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Accessing HASH pushed into @array ('strict refs' in use error)

by sbrothy (Initiate)
on Jan 08, 2014 at 09:53 UTC ( #1069749=perlquestion: print w/ replies, xml ) Need Help??
sbrothy has asked for the wisdom of the Perl Monks concerning the following question:

#! /usr/bin/perl use strict; use warnings; use constant CLIENT_NICK => 'ClientNick'; use constant CLIENT_PATH => 'ClientPath'; my @array; for(my $n = 0; $n < 10; $n++) { my %result = ( CLIENT_NICK => "NICK: $n", CLIENT_PATH => "PATH: $n", ); push @array, %result; } foreach (@array) { print $_->{CLIENT_NICK} . "\n"; print $_->{CLIENT_PATH} . "\n"; }

This results in the error: "Can't use string ("CLIENT_PATH") as a HASH ref while 'strict refs' in use at ./main.pl line 23." Apart from the fact that what I'm 'pushing' into the @array is not a reference (and the curios fact that it complains over CLIENT_PATH before CLIENT_NICK) I'm stumped as to how to get at my data. if I simply

foreach (@array) { print "$_\n"; }

It outputs my data nicely as

CLIENT_PATH Path: 0 CLIENT_NICK Nick: 0 CLIENT_PATH Path: 1 CLIENT_NICK Nick: 1 ... etc

(again with the CLIENT_PATH before the CLIENT_NICK). Can someone explain this to me and tell me how I get at my data in an orderly fashion along the lines of the first example, please? TIA /Soren

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Re: Accessing HASH pushed into @array ('strict refs' in use error)
by dave_the_m (Parson) on Jan 08, 2014 at 10:07 UTC
    That should be (note the backslash):
    push @array, \%result;

    Dave.

      Thanks for your input. But I'm not really interested in sending back references to hashes am I? Won't they go out of scope when I enter the next 'for' run?

        No! Perl uses reference counting, so an element of storage is eligible for garbage collection only when its reference count falls to zero. When you create the %result variable with my, its reference count is one. When you create a reference to it and push that reference onto @array, the reference count of the memory holding the data is incremented to 2. Then, when the for loop is exited iterates, the lexical variable %hash does indeed go out of scope, so the reference count of the memory it is using is decremented back to 1. But it’s still greater than 0, so the data won’t be garbage collected.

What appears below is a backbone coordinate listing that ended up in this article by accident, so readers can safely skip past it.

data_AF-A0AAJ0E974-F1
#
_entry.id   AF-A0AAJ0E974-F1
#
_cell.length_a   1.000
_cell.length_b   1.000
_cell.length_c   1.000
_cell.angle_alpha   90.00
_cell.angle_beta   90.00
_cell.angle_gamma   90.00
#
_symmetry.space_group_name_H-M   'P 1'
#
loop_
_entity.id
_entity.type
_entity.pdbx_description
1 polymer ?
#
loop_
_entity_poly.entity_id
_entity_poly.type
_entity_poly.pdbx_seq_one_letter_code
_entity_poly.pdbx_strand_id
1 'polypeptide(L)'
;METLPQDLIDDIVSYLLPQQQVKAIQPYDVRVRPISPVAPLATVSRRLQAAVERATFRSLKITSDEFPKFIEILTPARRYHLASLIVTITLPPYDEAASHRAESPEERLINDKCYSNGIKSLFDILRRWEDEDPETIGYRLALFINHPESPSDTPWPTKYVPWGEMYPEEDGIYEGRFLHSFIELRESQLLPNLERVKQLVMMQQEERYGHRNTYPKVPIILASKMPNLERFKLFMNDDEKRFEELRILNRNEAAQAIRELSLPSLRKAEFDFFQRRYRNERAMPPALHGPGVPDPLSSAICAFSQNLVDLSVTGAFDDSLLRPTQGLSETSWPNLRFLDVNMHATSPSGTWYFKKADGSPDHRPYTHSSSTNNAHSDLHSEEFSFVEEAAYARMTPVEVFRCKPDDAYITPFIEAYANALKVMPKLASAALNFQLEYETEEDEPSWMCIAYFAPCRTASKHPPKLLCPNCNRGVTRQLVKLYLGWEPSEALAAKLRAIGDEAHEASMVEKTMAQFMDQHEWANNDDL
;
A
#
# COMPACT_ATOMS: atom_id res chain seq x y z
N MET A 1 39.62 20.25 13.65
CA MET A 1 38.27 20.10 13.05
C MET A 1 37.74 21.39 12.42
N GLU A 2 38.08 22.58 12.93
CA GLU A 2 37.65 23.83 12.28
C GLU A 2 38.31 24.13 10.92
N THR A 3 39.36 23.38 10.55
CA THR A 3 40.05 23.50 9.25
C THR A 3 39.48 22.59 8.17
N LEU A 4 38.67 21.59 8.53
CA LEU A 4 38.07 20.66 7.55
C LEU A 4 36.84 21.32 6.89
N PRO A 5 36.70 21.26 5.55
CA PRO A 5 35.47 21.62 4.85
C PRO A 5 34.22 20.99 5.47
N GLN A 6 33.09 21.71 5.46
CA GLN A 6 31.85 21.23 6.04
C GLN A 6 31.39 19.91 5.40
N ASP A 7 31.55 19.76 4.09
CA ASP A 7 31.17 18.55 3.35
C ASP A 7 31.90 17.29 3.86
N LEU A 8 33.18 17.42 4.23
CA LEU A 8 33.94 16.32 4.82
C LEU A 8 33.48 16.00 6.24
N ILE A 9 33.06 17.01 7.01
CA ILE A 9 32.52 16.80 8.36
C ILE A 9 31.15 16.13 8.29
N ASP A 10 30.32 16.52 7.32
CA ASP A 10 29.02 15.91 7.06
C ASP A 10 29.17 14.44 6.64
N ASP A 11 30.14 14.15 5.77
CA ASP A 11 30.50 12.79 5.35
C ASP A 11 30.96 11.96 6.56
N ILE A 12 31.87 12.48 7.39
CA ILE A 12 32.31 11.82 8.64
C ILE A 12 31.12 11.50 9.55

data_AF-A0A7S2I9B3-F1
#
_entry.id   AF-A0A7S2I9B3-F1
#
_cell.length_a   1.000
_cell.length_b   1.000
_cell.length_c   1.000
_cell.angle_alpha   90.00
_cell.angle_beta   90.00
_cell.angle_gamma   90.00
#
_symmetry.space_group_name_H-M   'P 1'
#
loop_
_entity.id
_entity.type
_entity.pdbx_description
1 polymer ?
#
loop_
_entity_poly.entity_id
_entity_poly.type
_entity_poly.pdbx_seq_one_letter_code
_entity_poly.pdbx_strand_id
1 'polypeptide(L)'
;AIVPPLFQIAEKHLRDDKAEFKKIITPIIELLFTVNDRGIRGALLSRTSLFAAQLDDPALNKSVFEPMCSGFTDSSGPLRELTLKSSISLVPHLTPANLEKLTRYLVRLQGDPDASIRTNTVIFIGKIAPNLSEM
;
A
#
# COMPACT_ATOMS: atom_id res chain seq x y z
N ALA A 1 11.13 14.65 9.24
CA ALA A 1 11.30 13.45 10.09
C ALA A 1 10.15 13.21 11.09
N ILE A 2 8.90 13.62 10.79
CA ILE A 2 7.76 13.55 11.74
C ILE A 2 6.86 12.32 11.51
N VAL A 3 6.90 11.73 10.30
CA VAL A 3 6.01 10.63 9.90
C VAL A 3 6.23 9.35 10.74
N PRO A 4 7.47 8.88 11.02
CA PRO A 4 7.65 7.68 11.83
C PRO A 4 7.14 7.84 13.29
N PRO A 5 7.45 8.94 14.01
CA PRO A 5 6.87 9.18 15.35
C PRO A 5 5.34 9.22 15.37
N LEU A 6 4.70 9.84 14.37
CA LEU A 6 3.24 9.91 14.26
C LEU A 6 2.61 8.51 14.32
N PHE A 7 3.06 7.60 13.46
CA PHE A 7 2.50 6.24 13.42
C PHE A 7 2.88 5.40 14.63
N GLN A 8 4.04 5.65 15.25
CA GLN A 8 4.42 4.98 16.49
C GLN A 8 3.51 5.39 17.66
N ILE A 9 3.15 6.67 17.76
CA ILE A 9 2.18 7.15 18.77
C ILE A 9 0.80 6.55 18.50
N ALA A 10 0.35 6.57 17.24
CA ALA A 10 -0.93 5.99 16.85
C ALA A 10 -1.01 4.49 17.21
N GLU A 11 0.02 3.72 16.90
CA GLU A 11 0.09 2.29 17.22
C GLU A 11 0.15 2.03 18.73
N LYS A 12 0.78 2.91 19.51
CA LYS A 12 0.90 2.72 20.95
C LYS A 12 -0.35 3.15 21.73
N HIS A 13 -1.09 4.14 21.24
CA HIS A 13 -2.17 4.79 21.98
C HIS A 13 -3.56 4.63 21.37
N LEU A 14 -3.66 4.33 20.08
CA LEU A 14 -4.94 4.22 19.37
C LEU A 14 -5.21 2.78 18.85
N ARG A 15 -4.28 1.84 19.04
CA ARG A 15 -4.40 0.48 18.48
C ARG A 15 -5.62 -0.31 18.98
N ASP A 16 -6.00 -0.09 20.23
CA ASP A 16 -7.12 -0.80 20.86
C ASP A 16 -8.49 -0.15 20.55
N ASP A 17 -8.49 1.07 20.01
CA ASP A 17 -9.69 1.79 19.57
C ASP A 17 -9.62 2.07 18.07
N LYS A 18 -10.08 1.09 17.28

This is one of the features of Perl that make it a joy to work with. As a general rule, Perl is designed to “do the right thing”, which in this case means keeping the data around as long as it’s needed. Reference counting ensures that the data is still valid and available when it is later accessed via the @array variable.

        But — try it to see!

        Hope that helps,

        Update 1: Improved wording slightly.
        Update 2: Added link.
        Update 3: s/is exited/iterates/.

        Athanasius <°(((><contra mundum Iustus alius egestas vitae, eros Piratica,

        Think of my as another language's new: It dynamically creates a variable. (This isn't quite true, but it is the idea behind my, and a good way of thinking of it.)
Re: Accessing HASH pushed into @array ('strict refs' in use error)
by kcott (Abbot) on Jan 08, 2014 at 10:09 UTC

    G'day sbrothy,

    Welcome to the monastery.

    There's a number of places in your code where you are making constants look like strings due to the surrounding code.

    This is all explained in "constant: CAVEATS" with examples of how to fix "$hash{CONSTANT}" and "CONSTANT => 'value'".

    -- Ken

      Thanks. Again the constants was a leftover from my C days. I removed them all and lo and behold it runs just as nice without them. :)
Re: Accessing HASH pushed into @array ('strict refs' in use error)
by Athanasius (Monsignor) on Jan 08, 2014 at 10:45 UTC

    Hello sbrothy, and welcome to the Monastery!

    To expand on dave_the_m’s answer:

    Step 4 of the Basic debugging checklist says: “Dump arrays, hashes and arbitrarily complex data structures.” Using the core Data::Dumper module to print out the contents of @array, we see that after the first push the array contains 4 elements, which Data::Dumper names $VAR1 to $VAR4:

    $VAR1 = 'CLIENT_PATH'; $VAR2 = 'PATH: 0'; $VAR3 = 'CLIENT_NICK'; $VAR4 = 'NICK: 0';

    That’s because push puts its argument(s) (following the destination array) into list context, and a hash in list context returns a list of the form (key-x, val-x, key-y, val-y, ...). But when a reference to the hash is pushed instead, the result of the first push is:

    $VAR1 = { 'CLIENT_PATH' => 'PATH: 0', 'CLIENT_NICK' => 'NICK: 0' };

    — which shows that only one element ($VAR1) has been pushed onto the array; and this time its referent retains its identity as a hash.

    Some useful reading: perlreftut and perldsc.

    Hope that helps,

    Athanasius <°(((><contra mundum Iustus alius egestas vitae, eros Piratica,

      Yes. I've taken Data::Dumper to my chest. Thanks for the tip. I'm still looking for a decent TRACE module. Something along the lines og ASSERT and TRACE from Visual C++. I'm trying out Smart::Comments but I dunno...
Re: Accessing HASH pushed into @array ('strict refs' in use error)
by choroba (Abbot) on Jan 08, 2014 at 13:19 UTC
    Also, you are not using the constants in the code. The fat comma (=>) quotes its left side if it is a valid identifier string, the same applies to hash keys in curlies. Use &CLIENT_NICK or CLIENT_NICK() to disambiguate.
    لսႽ ᥲᥒ⚪⟊Ⴙᘓᖇ Ꮅᘓᖇ⎱ Ⴙᥲ𝇋ƙᘓᖇ

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